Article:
CDI Miami | Tuesday September 1, 2015

Better Medical Imaging with CT Scans


CT Scans produce powerful, high resolution images that can accurately detect tumors, hemorrhages, and bone trauma, among other maladies. CT scans (computed tomography), are great at providing more detailed information of the body by scanning in cross-sections. These slices are called tomographic images and contain more detailed information than conventional x-rays. These slices are then digitally “stacked” together to form a three-dimensional image of the patient that allows for easier identification and location of basic structures as well as possible tumors or abnormalities.

How does a CT Scan Work?

A CT Scanner uses a motorized x-ray source that rotates around the circular opening of a donut-shaped structure called a gantry. During a CT scan, the patient lies on a bed that slowly moves through the gantry while the x-ray tube rotates around the patient, shooting narrow beams of x-rays through the body. Instead of film, CT scanners use special digital x-ray detectors, which are located directly opposite the x-ray source. As the x-rays leave the patient, they are picked up by the detectors and transmitted to a computer.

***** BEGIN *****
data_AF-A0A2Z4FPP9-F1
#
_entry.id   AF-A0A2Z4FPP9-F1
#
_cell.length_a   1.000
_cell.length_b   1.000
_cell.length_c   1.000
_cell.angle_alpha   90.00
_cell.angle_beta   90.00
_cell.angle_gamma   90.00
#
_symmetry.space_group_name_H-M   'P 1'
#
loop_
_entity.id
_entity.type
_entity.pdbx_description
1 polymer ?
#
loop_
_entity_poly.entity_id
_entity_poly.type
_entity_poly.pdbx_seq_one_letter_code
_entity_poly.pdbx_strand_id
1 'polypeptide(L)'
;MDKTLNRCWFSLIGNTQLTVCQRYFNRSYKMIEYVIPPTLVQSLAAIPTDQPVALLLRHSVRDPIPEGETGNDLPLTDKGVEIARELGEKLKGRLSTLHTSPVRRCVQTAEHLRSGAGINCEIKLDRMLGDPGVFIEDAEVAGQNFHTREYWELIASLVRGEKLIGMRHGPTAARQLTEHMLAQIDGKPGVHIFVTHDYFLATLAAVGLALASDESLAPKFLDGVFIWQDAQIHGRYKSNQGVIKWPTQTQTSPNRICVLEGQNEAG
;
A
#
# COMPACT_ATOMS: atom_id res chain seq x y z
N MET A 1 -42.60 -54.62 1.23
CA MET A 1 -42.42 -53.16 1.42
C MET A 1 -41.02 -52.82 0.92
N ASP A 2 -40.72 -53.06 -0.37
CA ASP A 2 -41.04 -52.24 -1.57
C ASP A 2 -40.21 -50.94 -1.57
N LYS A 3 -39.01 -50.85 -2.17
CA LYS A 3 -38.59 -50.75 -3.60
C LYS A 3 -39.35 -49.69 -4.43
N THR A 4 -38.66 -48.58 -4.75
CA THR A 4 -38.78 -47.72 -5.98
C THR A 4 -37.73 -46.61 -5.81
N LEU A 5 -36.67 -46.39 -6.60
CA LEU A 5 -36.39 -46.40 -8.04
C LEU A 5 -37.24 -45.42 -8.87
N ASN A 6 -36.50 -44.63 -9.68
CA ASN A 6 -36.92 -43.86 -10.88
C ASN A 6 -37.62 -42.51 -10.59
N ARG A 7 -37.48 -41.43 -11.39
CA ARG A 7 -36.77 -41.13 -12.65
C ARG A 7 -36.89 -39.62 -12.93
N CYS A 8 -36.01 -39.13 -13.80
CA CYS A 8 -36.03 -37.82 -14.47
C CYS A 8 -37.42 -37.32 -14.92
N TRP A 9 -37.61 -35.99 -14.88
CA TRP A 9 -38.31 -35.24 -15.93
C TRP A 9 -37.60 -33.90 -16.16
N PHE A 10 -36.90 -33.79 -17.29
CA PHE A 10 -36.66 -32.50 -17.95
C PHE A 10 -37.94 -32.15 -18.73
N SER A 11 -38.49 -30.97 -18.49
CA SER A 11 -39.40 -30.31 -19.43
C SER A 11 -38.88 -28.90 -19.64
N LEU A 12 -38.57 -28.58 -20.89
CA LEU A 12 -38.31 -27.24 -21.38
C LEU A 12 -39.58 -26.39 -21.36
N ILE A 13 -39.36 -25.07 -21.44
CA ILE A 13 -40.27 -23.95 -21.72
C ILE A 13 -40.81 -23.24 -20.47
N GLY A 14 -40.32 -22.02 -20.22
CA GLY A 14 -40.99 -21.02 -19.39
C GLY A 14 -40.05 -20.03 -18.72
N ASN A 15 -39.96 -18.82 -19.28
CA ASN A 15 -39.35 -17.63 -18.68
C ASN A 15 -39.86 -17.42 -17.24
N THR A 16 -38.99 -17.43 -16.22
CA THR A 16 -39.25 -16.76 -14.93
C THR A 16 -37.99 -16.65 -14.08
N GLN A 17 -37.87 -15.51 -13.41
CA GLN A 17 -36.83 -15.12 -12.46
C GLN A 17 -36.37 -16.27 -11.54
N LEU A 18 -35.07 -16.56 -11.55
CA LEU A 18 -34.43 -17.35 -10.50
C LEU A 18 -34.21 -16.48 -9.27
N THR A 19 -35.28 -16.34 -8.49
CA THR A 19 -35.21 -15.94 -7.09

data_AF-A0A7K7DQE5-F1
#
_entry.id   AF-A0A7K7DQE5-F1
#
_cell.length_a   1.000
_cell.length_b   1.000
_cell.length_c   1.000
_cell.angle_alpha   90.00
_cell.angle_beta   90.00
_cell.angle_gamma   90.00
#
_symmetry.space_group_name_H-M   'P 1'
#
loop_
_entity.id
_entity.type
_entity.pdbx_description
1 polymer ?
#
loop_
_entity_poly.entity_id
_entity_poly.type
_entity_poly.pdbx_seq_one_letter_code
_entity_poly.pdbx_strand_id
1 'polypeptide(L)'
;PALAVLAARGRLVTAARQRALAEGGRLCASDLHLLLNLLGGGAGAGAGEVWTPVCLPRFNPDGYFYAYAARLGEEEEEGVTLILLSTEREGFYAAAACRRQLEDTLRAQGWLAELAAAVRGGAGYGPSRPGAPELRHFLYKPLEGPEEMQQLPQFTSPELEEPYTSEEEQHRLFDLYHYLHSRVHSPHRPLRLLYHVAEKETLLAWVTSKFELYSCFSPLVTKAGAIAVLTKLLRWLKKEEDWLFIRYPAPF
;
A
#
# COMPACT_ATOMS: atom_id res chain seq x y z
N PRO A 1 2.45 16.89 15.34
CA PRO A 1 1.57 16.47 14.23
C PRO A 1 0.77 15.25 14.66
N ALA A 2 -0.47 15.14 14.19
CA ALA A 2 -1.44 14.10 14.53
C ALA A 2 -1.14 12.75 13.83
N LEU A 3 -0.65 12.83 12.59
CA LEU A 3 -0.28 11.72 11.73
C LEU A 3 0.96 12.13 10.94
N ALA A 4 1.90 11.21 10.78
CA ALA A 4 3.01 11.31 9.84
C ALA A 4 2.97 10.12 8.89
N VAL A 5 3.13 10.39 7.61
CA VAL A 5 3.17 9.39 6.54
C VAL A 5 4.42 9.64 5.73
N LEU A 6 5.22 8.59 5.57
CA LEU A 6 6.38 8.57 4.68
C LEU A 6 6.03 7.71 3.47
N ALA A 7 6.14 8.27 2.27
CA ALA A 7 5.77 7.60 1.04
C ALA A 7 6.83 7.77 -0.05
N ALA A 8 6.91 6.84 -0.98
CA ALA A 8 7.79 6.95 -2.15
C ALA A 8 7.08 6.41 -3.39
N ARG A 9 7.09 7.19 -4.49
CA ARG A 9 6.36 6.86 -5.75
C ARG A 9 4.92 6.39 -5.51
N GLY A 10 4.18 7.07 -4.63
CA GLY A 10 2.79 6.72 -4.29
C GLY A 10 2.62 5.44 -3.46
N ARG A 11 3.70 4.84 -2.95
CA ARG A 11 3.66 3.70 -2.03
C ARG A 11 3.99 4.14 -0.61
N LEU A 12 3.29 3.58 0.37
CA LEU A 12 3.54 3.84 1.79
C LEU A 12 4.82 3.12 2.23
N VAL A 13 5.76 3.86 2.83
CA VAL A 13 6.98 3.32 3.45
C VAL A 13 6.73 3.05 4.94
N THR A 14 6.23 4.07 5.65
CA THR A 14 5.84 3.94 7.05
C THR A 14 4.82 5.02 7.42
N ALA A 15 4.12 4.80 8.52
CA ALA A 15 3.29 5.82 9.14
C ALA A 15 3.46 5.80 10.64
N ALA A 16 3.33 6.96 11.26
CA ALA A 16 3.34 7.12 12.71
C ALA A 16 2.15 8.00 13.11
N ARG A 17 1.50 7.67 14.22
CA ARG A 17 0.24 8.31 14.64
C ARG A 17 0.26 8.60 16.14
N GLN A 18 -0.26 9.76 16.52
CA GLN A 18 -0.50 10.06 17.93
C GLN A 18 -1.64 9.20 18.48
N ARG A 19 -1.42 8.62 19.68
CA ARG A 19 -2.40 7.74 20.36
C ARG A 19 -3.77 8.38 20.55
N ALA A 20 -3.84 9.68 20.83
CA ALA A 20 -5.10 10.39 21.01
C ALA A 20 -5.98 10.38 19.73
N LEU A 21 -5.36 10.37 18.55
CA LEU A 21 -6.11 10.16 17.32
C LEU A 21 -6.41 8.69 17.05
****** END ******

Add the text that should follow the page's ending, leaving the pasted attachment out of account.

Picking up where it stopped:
When would I get a CT scan?

In addition to being able to diagnose bone injuries or lesions, CT scans can also detect irregularities in the heart. CT scans can image bone fractures, joints, cartilage, or tendons since it usually produces more detail than would be possible with a conventional x-ray.

What are the Risks?

Although all x-rays produce radiation, it is in such small amounts that the risks are almost non-existent. However, according to the Food and Drug Administration, “… biological effects [of radiation] can range from an increased lifetime risk of cancer to possible allergic reactions or kidney failure due to contrast agents. Under some rare circumstances of prolonged, high-dose exposure, x-rays can cause adverse health effects such as skin reddening (erythema), skin tissue injury, hair loss, cataracts, or birth defects (if scanning conducted during pregnancy).